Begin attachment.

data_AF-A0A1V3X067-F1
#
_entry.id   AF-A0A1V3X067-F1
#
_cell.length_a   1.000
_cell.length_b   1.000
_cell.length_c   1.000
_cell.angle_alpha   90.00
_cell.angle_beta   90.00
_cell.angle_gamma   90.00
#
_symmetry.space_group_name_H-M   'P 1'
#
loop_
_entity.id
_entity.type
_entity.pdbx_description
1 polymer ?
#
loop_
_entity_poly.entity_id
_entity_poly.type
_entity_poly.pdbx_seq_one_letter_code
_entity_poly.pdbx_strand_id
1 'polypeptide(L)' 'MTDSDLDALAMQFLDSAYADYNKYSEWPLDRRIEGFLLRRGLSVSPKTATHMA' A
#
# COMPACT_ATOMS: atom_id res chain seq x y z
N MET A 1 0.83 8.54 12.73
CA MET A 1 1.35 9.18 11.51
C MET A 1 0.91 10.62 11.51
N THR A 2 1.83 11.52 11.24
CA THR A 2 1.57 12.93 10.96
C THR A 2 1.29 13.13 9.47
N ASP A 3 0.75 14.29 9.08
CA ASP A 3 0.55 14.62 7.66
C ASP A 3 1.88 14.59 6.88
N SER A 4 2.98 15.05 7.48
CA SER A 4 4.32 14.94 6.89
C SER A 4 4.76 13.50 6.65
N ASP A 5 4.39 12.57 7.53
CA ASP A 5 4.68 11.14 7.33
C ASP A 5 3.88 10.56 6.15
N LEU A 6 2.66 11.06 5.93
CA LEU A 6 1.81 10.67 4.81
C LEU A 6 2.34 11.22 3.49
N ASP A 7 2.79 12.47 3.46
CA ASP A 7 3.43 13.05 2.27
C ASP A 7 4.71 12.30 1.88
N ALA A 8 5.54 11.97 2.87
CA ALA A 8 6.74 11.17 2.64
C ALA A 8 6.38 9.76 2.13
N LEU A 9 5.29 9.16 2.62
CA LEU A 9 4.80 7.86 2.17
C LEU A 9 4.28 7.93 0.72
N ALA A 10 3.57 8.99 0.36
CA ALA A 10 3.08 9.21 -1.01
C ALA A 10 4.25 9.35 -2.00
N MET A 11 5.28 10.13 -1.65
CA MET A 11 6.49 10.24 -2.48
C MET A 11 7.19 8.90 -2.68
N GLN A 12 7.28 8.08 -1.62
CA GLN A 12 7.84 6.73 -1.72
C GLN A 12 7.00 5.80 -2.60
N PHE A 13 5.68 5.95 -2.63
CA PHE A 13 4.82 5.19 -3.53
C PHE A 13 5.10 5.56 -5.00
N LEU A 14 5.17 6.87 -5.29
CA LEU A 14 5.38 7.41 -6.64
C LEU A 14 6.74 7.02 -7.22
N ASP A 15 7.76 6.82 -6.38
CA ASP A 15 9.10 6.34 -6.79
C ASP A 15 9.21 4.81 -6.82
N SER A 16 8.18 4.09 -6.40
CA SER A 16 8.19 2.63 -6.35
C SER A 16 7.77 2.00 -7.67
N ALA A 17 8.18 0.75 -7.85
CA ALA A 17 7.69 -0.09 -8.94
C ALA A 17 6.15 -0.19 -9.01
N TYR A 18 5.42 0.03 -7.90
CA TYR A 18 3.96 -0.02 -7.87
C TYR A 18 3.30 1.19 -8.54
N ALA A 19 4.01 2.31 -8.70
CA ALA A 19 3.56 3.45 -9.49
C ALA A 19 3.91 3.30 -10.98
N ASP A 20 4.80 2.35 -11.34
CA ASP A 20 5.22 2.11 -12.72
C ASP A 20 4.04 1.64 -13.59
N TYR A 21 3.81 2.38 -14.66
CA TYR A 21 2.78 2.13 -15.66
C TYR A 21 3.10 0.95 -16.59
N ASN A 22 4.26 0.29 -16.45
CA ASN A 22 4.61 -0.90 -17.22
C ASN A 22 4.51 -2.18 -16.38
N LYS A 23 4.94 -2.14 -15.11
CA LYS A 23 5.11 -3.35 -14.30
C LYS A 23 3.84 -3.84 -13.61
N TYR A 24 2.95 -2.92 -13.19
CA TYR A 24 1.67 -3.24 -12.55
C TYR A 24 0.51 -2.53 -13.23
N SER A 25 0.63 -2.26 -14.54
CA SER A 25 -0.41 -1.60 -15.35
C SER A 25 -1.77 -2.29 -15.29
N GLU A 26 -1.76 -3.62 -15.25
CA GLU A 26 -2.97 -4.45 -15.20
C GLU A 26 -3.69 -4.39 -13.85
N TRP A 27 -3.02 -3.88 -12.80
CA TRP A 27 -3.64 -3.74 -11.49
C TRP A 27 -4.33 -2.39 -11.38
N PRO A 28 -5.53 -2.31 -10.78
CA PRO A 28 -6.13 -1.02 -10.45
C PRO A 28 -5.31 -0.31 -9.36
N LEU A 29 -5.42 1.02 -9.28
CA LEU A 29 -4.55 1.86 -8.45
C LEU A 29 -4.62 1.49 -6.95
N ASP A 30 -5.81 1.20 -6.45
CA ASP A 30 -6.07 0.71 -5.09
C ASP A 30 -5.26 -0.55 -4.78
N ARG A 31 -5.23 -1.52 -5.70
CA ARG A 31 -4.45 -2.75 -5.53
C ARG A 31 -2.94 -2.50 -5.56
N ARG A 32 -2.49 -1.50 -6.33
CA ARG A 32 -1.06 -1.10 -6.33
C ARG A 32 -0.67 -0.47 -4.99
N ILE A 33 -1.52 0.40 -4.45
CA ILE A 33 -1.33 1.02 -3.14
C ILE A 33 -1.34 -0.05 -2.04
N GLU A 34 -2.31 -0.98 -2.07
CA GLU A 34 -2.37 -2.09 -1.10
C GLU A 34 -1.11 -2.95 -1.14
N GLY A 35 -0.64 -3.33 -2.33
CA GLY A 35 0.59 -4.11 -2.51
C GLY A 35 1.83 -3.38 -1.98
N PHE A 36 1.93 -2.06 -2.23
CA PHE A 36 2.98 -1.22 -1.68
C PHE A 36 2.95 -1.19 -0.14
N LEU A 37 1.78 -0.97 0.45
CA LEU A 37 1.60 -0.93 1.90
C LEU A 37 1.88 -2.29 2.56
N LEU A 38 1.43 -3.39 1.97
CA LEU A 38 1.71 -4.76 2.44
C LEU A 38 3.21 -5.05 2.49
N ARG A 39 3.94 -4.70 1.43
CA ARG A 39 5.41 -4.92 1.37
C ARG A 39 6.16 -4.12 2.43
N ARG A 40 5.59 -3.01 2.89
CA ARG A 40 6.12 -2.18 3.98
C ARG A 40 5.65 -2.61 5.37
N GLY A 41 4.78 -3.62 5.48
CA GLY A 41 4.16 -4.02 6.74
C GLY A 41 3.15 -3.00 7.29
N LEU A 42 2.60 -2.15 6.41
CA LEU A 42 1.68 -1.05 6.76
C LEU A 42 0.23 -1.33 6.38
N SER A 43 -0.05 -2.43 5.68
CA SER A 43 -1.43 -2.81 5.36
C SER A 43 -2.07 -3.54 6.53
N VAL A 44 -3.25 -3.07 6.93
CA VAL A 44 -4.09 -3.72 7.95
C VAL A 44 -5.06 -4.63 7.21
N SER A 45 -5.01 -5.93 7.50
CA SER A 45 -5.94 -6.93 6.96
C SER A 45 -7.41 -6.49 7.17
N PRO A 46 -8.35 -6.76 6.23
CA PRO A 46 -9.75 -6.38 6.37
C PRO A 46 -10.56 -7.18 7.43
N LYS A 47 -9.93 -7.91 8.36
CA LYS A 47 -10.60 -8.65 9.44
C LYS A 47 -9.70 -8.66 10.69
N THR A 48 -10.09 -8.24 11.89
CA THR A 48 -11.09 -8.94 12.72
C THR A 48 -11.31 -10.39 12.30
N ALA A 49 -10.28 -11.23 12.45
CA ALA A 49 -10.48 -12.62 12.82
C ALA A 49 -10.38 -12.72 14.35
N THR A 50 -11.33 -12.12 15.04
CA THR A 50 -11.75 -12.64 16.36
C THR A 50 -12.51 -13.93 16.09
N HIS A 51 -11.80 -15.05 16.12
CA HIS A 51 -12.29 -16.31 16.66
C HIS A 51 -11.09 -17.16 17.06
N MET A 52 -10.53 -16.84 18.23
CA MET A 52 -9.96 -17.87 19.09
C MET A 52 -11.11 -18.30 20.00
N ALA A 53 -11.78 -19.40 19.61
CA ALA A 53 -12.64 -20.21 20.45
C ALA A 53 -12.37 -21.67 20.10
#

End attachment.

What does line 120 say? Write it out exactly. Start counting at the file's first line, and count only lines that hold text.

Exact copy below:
C ARG A 31 -2.94 -2.50 -5.56